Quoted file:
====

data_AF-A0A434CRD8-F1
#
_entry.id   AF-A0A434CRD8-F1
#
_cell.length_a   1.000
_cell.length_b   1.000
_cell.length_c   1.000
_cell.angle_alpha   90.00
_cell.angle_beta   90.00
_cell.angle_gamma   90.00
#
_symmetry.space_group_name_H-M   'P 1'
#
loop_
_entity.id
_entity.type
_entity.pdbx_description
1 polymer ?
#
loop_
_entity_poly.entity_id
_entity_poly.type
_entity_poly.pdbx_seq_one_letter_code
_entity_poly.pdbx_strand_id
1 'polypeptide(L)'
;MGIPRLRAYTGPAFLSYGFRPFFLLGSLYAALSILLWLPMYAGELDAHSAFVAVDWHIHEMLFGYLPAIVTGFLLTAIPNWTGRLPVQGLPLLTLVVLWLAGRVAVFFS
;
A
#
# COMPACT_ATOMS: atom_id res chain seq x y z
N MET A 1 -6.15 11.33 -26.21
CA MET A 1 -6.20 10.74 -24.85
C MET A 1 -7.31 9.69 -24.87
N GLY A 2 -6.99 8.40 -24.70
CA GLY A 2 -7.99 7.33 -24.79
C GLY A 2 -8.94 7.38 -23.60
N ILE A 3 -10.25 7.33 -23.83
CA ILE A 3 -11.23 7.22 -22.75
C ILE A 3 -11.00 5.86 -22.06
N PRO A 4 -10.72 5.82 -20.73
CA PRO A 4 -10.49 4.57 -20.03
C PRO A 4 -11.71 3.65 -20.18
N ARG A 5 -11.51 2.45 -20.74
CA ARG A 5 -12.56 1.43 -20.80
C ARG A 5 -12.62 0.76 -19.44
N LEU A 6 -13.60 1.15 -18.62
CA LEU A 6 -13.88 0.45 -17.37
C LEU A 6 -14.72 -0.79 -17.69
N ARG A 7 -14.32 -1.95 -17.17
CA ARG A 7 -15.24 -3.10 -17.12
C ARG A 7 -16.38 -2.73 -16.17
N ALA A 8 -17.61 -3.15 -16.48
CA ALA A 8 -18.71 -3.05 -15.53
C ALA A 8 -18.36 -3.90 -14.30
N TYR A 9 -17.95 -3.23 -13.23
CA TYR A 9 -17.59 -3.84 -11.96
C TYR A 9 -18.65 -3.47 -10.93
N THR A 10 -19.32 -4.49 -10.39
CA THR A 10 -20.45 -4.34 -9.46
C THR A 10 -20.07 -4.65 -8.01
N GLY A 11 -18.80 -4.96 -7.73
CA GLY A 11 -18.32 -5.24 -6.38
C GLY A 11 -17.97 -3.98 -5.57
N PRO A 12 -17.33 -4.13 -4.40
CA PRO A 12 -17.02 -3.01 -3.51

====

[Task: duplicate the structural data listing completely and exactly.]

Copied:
data_AF-A0A434CRD8-F1
#
_entry.id   AF-A0A434CRD8-F1
#
_cell.length_a   1.000
_cell.length_b   1.000
_cell.length_c   1.000
_cell.angle_alpha   90.00
_cell.angle_beta   90.00
_cell.angle_gamma   90.00
#
_symmetry.space_group_name_H-M   'P 1'
#
loop_
_entity.id
_entity.type
_entity.pdbx_description
1 polymer ?
#
loop_
_entity_poly.entity_id
_entity_poly.type
_entity_poly.pdbx_seq_one_letter_code
_entity_poly.pdbx_strand_id
1 'polypeptide(L)'
;MGIPRLRAYTGPAFLSYGFRPFFLLGSLYAALSILLWLPMYAGELDAHSAFVAVDWHIHEMLFGYLPAIVTGFLLTAIPNWTGRLPVQGLPLLTLVVLWLAGRVAVFFS
;
A
#
# COMPACT_ATOMS: atom_id res chain seq x y z
N MET A 1 -6.15 11.33 -26.21
CA MET A 1 -6.20 10.74 -24.85
C MET A 1 -7.31 9.69 -24.87
N GLY A 2 -6.99 8.40 -24.70
CA GLY A 2 -7.99 7.33 -24.79
C GLY A 2 -8.94 7.38 -23.60
N ILE A 3 -10.25 7.33 -23.83
CA ILE A 3 -11.23 7.22 -22.75
C ILE A 3 -11.00 5.86 -22.06
N PRO A 4 -10.72 5.82 -20.73
CA PRO A 4 -10.49 4.57 -20.03
C PRO A 4 -11.71 3.65 -20.18
N ARG A 5 -11.51 2.45 -20.74
CA ARG A 5 -12.56 1.43 -20.80
C ARG A 5 -12.62 0.76 -19.44
N LEU A 6 -13.60 1.15 -18.62
CA LEU A 6 -13.88 0.45 -17.37
C LEU A 6 -14.72 -0.79 -17.69
N ARG A 7 -14.32 -1.95 -17.17
CA ARG A 7 -15.24 -3.10 -17.12
C ARG A 7 -16.38 -2.73 -16.17
N ALA A 8 -17.61 -3.15 -16.48
CA ALA A 8 -18.71 -3.05 -15.53
C ALA A 8 -18.36 -3.90 -14.30
N TYR A 9 -17.95 -3.23 -13.23
CA TYR A 9 -17.59 -3.84 -11.96
C TYR A 9 -18.65 -3.47 -10.93
N THR A 10 -19.32 -4.49 -10.39
CA THR A 10 -20.45 -4.34 -9.46
C THR A 10 -20.07 -4.65 -8.01
N GLY A 11 -18.80 -4.96 -7.73
CA GLY A 11 -18.32 -5.24 -6.38
C GLY A 11 -17.97 -3.98 -5.57
N PRO A 12 -17.33 -4.13 -4.40
CA PRO A 12 -17.02 -3.01 -3.51